The literature definitely shows a positive correlation between diabetes self-management education (DSME from CDE's and RD's) and cost-savings as well as avoidance of complications, hospitalizations, etc both for people with prediabetes and diabetes. Not so much for non-CDE providers (for example, RD's have better outcomes than MDs who try to give patients diet advice): studies comparing usual care provided by physicians to MNT services provided by RDs show that RDs produce better lipid,diet, physical activity, and weight outcomes (Hooker, Williams, Papneja, Sen, Hogan, 2012 pS84).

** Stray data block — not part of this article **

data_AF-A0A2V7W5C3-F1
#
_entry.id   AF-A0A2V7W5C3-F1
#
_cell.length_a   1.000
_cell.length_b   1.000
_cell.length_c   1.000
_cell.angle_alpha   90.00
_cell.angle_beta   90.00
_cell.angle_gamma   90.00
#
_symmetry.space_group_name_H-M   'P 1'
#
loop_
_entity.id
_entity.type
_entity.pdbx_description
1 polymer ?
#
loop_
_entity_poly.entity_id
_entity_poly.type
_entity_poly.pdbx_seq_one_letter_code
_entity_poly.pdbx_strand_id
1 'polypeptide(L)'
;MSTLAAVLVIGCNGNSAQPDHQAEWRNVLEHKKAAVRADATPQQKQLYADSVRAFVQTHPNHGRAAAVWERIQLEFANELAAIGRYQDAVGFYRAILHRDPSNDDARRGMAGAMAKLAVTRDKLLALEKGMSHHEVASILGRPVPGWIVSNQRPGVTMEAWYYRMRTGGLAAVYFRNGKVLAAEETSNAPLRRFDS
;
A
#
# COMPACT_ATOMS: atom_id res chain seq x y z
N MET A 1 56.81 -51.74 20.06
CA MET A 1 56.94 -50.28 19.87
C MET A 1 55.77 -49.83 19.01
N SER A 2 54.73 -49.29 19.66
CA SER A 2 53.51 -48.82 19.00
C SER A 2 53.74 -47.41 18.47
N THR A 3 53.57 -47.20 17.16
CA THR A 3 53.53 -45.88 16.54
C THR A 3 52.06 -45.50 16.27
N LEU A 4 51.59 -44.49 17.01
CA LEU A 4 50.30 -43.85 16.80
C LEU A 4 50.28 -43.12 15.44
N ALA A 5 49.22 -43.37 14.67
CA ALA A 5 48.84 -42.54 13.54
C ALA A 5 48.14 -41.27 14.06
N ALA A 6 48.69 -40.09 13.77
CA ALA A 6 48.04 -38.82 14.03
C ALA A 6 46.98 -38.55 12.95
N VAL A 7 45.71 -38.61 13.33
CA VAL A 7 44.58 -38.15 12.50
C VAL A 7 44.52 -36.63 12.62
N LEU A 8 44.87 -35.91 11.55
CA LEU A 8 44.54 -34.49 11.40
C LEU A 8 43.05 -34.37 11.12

Here is a sort of literature review or annotated bibliography that I found. http://c.ymcdn.com/sites/www.chronic...tracts2012.pdf
The CDC also has the Diabetes Prevention Program which is shown to really impact people's disease progression.
These are formal programs. This is not the MD telling the patient what to do. This is structured. So there may be some bias in there that patients who go to these are already self-selecting and are more motivated than patients who do not.
So similar to what others have said, the answer is "Yes, but..."